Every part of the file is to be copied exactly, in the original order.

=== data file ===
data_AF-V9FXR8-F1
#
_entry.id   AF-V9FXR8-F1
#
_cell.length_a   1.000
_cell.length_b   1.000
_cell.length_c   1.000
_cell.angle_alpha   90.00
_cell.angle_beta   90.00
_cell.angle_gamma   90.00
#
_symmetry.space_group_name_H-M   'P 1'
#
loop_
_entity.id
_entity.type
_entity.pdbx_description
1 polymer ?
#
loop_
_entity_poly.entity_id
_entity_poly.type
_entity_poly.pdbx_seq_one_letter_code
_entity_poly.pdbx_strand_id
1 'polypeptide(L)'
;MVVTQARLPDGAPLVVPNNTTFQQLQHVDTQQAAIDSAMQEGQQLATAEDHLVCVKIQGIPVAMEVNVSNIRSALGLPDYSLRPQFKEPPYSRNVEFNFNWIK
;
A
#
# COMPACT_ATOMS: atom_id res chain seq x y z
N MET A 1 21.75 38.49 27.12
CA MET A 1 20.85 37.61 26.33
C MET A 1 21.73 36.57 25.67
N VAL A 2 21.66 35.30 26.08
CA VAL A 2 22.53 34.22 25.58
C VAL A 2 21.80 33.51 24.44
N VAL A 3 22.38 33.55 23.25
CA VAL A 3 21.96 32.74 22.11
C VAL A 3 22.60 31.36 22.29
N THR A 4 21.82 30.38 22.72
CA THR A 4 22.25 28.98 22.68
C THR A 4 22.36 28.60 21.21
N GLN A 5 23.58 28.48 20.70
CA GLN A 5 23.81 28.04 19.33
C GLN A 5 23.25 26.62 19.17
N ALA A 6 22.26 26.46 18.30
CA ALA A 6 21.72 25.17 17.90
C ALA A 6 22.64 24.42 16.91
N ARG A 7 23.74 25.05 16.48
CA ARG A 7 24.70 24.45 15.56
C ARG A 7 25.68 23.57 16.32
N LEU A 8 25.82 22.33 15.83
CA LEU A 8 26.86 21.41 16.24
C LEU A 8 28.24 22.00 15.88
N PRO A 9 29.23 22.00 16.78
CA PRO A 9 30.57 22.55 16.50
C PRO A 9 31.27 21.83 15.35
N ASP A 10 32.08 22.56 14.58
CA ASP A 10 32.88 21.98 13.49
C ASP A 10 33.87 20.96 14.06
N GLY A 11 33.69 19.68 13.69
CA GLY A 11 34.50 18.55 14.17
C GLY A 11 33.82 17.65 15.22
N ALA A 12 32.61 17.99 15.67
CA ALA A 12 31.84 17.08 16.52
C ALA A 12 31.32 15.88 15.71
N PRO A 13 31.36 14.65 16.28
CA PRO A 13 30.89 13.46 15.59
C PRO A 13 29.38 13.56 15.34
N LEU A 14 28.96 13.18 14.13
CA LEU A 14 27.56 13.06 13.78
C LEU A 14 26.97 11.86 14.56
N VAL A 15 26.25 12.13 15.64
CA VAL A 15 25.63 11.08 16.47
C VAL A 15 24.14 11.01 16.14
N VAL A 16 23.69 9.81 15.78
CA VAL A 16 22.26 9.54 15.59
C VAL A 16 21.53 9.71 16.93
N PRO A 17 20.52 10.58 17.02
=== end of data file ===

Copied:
data_AF-V9FXR8-F1
#
_entry.id   AF-V9FXR8-F1
#
_cell.length_a   1.000
_cell.length_b   1.000
_cell.length_c   1.000
_cell.angle_alpha   90.00
_cell.angle_beta   90.00
_cell.angle_gamma   90.00
#
_symmetry.space_group_name_H-M   'P 1'
#
loop_
_entity.id
_entity.type
_entity.pdbx_description
1 polymer ?
#
loop_
_entity_poly.entity_id
_entity_poly.type
_entity_poly.pdbx_seq_one_letter_code
_entity_poly.pdbx_strand_id
1 'polypeptide(L)'
;MVVTQARLPDGAPLVVPNNTTFQQLQHVDTQQAAIDSAMQEGQQLATAEDHLVCVKIQGIPVAMEVNVSNIRSALGLPDYSLRPQFKEPPYSRNVEFNFNWIK
;
A
#
# COMPACT_ATOMS: atom_id res chain seq x y z
N MET A 1 21.75 38.49 27.12
CA MET A 1 20.85 37.61 26.33
C MET A 1 21.73 36.57 25.67
N VAL A 2 21.66 35.30 26.08
CA VAL A 2 22.53 34.22 25.58
C VAL A 2 21.80 33.51 24.44
N VAL A 3 22.38 33.55 23.25
CA VAL A 3 21.96 32.74 22.11
C VAL A 3 22.60 31.36 22.29
N THR A 4 21.82 30.38 22.72
CA THR A 4 22.25 28.98 22.68
C THR A 4 22.36 28.60 21.21
N GLN A 5 23.58 28.48 20.70
CA GLN A 5 23.81 28.04 19.33
C GLN A 5 23.25 26.62 19.17
N ALA A 6 22.26 26.46 18.30
CA ALA A 6 21.72 25.17 17.90
C ALA A 6 22.64 24.42 16.91
N ARG A 7 23.74 25.05 16.48
CA ARG A 7 24.70 24.45 15.56
C ARG A 7 25.68 23.57 16.32
N LEU A 8 25.82 22.33 15.83
CA LEU A 8 26.86 21.41 16.24
C LEU A 8 28.24 22.00 15.88
N PRO A 9 29.23 22.00 16.78
CA PRO A 9 30.57 22.55 16.50
C PRO A 9 31.27 21.83 15.35
N ASP A 10 32.08 22.56 14.58
CA ASP A 10 32.88 21.98 13.49
C ASP A 10 33.87 20.96 14.06
N GLY A 11 33.69 19.68 13.69
CA GLY A 11 34.50 18.55 14.17
C GLY A 11 33.82 17.65 15.22
N ALA A 12 32.61 17.99 15.67
CA ALA A 12 31.84 17.08 16.52
C ALA A 12 31.32 15.88 15.71
N PRO A 13 31.36 14.65 16.28
CA PRO A 13 30.89 13.46 15.59
C PRO A 13 29.38 13.56 15.34
N LEU A 14 28.96 13.18 14.13
CA LEU A 14 27.56 13.06 13.78
C LEU A 14 26.97 11.86 14.56
N VAL A 15 26.25 12.13 15.64
CA VAL A 15 25.63 11.08 16.47
C VAL A 15 24.14 11.01 16.14
N VAL A 16 23.69 9.81 15.78
CA VAL A 16 22.26 9.54 15.59
C VAL A 16 21.53 9.71 16.93
N PRO A 17 20.52 10.58 17.02